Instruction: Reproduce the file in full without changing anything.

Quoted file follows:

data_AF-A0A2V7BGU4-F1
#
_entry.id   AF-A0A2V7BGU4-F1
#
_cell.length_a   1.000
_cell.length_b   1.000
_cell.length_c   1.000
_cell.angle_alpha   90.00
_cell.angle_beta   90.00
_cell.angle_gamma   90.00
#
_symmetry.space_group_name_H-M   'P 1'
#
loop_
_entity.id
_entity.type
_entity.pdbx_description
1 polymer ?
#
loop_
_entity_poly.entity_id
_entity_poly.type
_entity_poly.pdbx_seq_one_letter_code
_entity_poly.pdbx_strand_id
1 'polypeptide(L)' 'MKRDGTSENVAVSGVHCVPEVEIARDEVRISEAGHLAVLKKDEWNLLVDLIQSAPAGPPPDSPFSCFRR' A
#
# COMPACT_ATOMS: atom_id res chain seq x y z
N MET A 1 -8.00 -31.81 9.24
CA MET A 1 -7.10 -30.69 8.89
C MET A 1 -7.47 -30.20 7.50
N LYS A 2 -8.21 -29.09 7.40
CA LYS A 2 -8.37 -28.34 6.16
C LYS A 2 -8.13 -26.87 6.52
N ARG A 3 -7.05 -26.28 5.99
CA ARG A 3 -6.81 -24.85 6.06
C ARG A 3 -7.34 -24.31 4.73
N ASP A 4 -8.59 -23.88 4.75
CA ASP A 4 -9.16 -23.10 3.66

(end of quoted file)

data_AF-A0A2V7BGU4-F1
#
_entry.id   AF-A0A2V7BGU4-F1
#
_cell.length_a   1.000
_cell.length_b   1.000
_cell.length_c   1.000
_cell.angle_alpha   90.00
_cell.angle_beta   90.00
_cell.angle_gamma   90.00
#
_symmetry.space_group_name_H-M   'P 1'
#
loop_
_entity.id
_entity.type
_entity.pdbx_description
1 polymer ?
#
loop_
_entity_poly.entity_id
_entity_poly.type
_entity_poly.pdbx_seq_one_letter_code
_entity_poly.pdbx_strand_id
1 'polypeptide(L)' 'MKRDGTSENVAVSGVHCVPEVEIARDEVRISEAGHLAVLKKDEWNLLVDLIQSAPAGPPPDSPFSCFRR' A
#
# COMPACT_ATOMS: atom_id res chain seq x y z
N MET A 1 -8.00 -31.81 9.24
CA MET A 1 -7.10 -30.69 8.89
C MET A 1 -7.47 -30.20 7.50
N LYS A 2 -8.21 -29.09 7.40
CA LYS A 2 -8.37 -28.34 6.16
C LYS A 2 -8.13 -26.87 6.52
N ARG A 3 -7.05 -26.28 5.99
CA ARG A 3 -6.81 -24.85 6.06
C ARG A 3 -7.34 -24.31 4.73
N ASP A 4 -8.59 -23.88 4.75
CA ASP A 4 -9.16 -23.10 3.66